IF YOU GO
What: Behind-the-scenes look at how the script for "Gone With The Wind" was written
When: 8 p.m. Wednesday-Saturday, 2 p.m. Sundays through Feb. 4
Where: 701 5th Avenue South, Naples
Information: (239) 263-7990, naplesplayers.org
Something else: The downtown parking garage fills up quickly during season. Plan to arrive early or park in the new garage near the park.
On the Web: Sign up to receive more theater news from the Stage Door blog via email.
The Naples Players went back to the Old South Wednesday, revisiting Tara, Scarlett and Rhett. The occasion: "Moonlight & Magnolias," a slapstick retelling of how movie producers banged out a script for "Gone With the Wind." It's a rough journey - but an interesting one.
"Moonlight & Magnolias," from Ron Hutchinson, imagines a scenario in 1939 when producer David O. Selznick found himself without a script for "Gone With the Wind." He shuts down filming, yanks director Victor Fleming off "The Wizard of Oz" and calls in writer Ben Hecht. Hecht hasn't read the script - so Fleming and Selznick act out all 1,037 pages as Hecht taps away at his typewriter. "Moonlight & Magnolias" was also the final production of Bonita's Stage 88 theatre in February 2008.
That's the play. If it sounds funny - it is - at times. The three men debate how hard Scarlett should slap maid Prissy (the infamous "I don't know nothin' 'bout birthin' babies!" line) or argue about Rhett's infamous kiss-off to Scarlett ("Frankly my dear..."). An elegant Patti Caroli flits about the stage, tossing dirty looks and mouthing several dozen variations on "Yes, Mr. Selznick," "No, Mr. Selznick" and even taking notes with a banana.
Much of the night, however, is a tough slog akin to fighting the Civil War. The script attempts to marry slapstick hilarity (two grown men acting out Melanie's birth scene) with a serious discussion about anti-Semitism. The odd juxtaposition never works. Any time the dialogue veers from mint juleps to the Jewish plight, whatever momentum the show managed to build screeches to a halt.
Director Michael Scanlan makes choices that continually slow the pace of the show. An extended opening sequence plays a newsreel for the Selznick-produced "A Star is Born" while Caroli's character brings in flowers, bagels and more to his office. Only then does Shaver's character enter and the play begin.
All the empty frippery, with the audience sitting expectantly for several long minutes, does nothing to propel the show out of the starting blocks. The solid opening lines and one of the better jokes in the show - "You didn't read it? ... You didn't read the book?" - also gets lost.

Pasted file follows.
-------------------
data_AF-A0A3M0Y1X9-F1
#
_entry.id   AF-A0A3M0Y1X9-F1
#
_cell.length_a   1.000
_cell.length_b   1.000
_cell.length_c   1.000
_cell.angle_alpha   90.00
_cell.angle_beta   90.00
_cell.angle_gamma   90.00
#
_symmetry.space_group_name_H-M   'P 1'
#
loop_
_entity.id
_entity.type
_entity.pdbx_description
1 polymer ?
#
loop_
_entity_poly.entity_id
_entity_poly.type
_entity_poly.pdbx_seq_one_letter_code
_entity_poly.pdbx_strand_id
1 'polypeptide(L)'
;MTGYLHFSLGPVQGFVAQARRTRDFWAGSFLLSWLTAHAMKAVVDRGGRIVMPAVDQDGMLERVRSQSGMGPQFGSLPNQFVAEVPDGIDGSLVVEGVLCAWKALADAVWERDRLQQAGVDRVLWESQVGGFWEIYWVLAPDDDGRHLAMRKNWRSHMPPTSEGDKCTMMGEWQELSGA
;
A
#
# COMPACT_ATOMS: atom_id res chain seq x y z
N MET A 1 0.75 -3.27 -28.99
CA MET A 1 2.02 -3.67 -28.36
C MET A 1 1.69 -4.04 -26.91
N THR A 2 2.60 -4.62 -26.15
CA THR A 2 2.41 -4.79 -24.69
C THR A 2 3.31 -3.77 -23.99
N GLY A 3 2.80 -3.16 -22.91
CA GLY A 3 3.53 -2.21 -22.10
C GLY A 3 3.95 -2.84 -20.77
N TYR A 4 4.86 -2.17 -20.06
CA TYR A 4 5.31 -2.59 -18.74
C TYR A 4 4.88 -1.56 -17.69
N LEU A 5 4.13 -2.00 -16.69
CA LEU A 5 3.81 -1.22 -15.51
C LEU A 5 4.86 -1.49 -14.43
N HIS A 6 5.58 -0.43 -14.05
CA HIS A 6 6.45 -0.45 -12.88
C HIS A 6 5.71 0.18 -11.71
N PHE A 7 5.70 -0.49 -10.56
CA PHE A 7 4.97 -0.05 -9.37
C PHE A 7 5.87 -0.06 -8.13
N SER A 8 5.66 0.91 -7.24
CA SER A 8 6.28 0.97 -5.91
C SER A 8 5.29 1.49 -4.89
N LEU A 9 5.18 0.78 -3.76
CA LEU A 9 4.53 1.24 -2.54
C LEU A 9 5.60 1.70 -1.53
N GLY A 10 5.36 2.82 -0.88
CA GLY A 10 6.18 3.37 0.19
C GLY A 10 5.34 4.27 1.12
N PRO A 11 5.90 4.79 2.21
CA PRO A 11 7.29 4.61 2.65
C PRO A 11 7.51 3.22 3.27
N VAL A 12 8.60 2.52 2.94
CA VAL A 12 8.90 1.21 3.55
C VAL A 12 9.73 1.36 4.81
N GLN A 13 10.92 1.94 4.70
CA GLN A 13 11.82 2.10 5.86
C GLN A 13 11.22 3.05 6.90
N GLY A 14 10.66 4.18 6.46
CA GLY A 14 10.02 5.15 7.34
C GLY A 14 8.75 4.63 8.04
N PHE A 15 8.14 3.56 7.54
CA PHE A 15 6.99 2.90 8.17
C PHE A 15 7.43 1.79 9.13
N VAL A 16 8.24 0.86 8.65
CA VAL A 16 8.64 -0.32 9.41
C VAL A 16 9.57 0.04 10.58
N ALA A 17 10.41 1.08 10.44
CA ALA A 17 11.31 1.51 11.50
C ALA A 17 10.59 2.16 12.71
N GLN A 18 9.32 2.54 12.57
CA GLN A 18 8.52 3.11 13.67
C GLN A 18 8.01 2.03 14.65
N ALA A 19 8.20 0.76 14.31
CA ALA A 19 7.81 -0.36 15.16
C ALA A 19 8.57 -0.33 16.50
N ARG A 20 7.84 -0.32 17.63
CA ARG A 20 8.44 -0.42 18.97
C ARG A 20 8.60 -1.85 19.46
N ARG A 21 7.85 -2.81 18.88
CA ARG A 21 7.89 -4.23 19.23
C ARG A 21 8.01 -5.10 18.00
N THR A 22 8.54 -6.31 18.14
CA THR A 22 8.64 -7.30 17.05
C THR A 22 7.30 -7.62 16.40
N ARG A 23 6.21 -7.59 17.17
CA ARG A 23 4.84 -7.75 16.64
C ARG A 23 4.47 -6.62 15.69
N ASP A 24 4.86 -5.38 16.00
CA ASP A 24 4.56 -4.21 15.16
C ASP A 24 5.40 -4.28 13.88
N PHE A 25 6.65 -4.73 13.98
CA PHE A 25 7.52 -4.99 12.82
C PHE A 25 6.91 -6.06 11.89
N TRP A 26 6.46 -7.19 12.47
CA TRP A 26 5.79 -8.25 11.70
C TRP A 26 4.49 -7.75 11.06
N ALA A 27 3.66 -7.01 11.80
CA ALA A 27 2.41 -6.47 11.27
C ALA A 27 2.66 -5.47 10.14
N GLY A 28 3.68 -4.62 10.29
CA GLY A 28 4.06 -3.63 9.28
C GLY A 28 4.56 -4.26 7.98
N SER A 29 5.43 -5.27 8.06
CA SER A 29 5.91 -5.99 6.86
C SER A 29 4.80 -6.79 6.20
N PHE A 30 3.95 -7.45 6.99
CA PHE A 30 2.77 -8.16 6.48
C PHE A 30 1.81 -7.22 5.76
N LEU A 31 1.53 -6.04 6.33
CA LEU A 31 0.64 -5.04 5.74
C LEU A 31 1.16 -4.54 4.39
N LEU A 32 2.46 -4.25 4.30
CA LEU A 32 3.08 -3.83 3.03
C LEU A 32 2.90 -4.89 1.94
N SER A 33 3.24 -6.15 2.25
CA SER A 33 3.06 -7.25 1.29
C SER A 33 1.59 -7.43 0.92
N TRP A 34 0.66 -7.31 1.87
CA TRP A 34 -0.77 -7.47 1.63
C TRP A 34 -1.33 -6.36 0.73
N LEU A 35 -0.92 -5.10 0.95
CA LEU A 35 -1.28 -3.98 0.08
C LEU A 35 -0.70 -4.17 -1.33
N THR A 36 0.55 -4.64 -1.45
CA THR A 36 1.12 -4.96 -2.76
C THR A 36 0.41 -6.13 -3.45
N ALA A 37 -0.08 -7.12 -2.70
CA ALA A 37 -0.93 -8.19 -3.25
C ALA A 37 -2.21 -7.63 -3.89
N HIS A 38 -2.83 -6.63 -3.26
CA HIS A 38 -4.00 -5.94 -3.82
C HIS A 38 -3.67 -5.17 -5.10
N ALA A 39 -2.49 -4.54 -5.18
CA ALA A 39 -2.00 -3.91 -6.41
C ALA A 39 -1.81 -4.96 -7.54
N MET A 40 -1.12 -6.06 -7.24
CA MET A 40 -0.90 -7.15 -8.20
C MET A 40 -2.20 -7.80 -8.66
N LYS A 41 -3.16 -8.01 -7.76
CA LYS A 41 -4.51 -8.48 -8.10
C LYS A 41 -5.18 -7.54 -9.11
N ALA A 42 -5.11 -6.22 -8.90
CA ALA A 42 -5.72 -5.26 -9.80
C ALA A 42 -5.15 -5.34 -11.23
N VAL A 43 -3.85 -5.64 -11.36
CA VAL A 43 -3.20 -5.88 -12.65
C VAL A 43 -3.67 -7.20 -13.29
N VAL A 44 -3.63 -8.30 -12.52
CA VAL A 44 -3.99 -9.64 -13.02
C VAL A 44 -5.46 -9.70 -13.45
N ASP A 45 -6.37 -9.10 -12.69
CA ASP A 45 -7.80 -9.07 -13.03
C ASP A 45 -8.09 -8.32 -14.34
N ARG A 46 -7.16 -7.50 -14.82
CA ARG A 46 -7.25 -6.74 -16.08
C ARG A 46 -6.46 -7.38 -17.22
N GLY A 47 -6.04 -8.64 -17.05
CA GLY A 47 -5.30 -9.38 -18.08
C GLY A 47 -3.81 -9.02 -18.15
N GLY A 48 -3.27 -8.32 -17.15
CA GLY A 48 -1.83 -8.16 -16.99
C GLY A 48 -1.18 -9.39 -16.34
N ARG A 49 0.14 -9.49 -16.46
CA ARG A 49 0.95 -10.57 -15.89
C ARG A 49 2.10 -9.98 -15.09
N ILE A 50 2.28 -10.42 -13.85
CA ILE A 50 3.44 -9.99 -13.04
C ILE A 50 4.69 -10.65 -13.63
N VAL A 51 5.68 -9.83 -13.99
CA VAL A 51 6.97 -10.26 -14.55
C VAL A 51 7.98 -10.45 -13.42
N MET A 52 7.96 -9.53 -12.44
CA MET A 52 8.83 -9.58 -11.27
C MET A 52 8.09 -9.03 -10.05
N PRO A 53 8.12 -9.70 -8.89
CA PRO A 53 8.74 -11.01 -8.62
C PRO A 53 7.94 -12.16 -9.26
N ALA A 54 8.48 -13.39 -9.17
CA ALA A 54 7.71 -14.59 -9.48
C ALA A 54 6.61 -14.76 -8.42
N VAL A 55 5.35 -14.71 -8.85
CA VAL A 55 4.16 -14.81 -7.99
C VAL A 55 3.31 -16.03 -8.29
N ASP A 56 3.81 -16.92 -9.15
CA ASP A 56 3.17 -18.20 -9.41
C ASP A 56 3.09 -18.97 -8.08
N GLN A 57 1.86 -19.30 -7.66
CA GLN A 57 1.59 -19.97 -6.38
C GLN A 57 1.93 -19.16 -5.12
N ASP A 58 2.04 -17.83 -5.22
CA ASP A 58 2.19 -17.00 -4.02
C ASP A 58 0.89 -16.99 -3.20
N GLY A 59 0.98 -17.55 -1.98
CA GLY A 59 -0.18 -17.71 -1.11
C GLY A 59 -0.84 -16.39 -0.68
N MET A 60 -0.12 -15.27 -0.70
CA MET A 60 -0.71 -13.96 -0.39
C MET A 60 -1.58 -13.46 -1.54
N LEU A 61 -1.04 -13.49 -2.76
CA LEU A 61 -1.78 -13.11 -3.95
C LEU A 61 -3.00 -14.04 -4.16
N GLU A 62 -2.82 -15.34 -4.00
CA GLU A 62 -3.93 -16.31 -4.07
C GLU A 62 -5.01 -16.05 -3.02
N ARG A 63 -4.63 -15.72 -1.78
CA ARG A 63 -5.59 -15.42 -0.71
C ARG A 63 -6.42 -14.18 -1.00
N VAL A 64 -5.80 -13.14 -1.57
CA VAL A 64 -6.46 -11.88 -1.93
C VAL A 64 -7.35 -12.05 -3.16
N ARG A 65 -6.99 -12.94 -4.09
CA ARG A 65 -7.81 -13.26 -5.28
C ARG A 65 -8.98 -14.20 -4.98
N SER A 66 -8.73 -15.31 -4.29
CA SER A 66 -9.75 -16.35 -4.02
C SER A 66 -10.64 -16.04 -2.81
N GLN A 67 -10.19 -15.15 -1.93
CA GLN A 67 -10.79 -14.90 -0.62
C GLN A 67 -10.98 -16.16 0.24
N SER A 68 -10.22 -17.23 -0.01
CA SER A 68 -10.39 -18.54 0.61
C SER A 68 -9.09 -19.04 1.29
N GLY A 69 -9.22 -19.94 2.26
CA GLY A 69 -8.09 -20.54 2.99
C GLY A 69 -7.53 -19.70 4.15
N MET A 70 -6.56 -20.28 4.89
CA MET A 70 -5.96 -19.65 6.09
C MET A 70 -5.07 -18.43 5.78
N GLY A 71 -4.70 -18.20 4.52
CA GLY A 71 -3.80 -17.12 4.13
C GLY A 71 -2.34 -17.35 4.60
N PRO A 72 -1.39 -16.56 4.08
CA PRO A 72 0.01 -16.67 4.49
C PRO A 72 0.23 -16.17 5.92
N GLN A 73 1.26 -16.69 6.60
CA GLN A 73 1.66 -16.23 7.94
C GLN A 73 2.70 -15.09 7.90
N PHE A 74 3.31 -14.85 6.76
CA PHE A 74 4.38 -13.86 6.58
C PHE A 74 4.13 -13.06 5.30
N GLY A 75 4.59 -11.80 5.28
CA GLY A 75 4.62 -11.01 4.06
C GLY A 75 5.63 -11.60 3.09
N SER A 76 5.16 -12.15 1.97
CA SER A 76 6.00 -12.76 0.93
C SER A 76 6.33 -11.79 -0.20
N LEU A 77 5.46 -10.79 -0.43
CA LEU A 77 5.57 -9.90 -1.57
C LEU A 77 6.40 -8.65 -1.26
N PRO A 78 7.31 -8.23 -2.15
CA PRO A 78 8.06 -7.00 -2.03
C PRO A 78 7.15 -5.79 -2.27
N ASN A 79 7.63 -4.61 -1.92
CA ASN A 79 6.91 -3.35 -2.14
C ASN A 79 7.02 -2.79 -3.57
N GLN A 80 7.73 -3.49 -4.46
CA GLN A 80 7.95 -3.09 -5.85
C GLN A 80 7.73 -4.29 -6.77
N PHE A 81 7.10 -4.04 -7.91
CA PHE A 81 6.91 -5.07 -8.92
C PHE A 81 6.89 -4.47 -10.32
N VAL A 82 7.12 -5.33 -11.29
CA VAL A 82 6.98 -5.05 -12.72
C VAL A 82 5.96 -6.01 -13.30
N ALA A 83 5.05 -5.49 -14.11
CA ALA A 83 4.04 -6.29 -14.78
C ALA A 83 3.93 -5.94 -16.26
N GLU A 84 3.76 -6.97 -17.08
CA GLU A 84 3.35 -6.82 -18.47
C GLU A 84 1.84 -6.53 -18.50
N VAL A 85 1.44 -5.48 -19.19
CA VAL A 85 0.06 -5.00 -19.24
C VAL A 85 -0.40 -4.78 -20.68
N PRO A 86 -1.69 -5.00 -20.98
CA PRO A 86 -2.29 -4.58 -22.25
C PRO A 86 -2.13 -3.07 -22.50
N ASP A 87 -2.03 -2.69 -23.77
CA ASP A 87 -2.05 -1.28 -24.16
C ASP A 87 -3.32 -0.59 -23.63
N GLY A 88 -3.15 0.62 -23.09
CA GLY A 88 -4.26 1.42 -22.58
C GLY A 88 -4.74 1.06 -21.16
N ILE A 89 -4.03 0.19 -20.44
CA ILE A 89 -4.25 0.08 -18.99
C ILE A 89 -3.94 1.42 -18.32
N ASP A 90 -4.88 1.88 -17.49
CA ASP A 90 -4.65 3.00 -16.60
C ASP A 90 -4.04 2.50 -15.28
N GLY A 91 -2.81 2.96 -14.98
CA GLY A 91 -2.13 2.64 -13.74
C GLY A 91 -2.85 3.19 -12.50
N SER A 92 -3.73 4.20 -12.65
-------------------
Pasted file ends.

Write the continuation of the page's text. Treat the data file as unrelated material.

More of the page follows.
While "Moonlight" is an excessively wordy script, the slapstick elements never gain traction or add real speed. Scanlan also stages Melanie Hamilton Wilkes's dramatic (and should be hilarious) birth scene to look almost like copulation. Elsewhere, the timing simply seems off - the script's one-liners, throwaway jokes and zingers minimized or just not emphasized. Some cast members also struggled with their lines on opening night.
There are positives. The show has its share of slapstick moments and Hutchinson litters the script with snappy bon mots. Fans of Margaret Mitchell's work will also chuckle as characters re-enact many of the famous scenes.
Randall Jones has two speeds for his movie mogul David O. Selznick - loud and louder. The frantic, flamboyant energy helps animate the show, but Scanlan would have done well to steer it (and harness Jones's dramatic flair) at least a little.
Jones is - by far - the most vibrant character on the stage. Audiences may be divided by his over-the-top performance, but he does communicate Selznick's desperation and bravado. Watching him flounce around as a mincing Scarlett - with a flower in his hand - brings some of the night's biggest laughs.
Joel Hawkins makes for a steely Victor Fleming. Adam Shaver brings a determined crankiness to co-opted screen writer Ben Hecht. The pair have good chemistry together; constant writer-vs-director arguments are some of the night's high points. One of the only moments when the play's social commentary breaks through comes as the two debate escape - and the debt they owe Selznick.
Mike Santos creates a tasteful, spacious office set in rich shades of ruby, emerald and walnut with careful art deco touches (lights, doors, lintels). A proscenium arch nods to the traditions of the time period and mimics the filmstrip of the MGM logo.
Stage curtains frame a large screen at the rear of the "office" that holds a projection of the Hollywood sign for most of the show (in reality, it read "Hollywoodland" until 1949). Black-and-white newsreel clips play during an act break. Audiences are meant to think of a period film-going experience, but its jarringly out of context. The screen feels like "because we could" techno-wizardry instead of a legitimate design choice; it's under-used and rarely reinforces the action on stage.
"Moonlight & Magnolias" offers up a vivid picture of the creative process behind one of cinema's great films. Look for Jones vamping across the stage while acting out scenes as Scarlett O'Hara, Hawkins skipping as a dawdling Prissy and Shaver as a stubborn scriptwriter.
Yes, Mr. Selznick. No, Mr. Selznick. I'd like a raise, Mr. Selznick. Email me, firstname.lastname@example.org, find me on Twitter at @napleschris or read my Stage Door theater blog. You can also sign up to receive the Stage Door blog via email.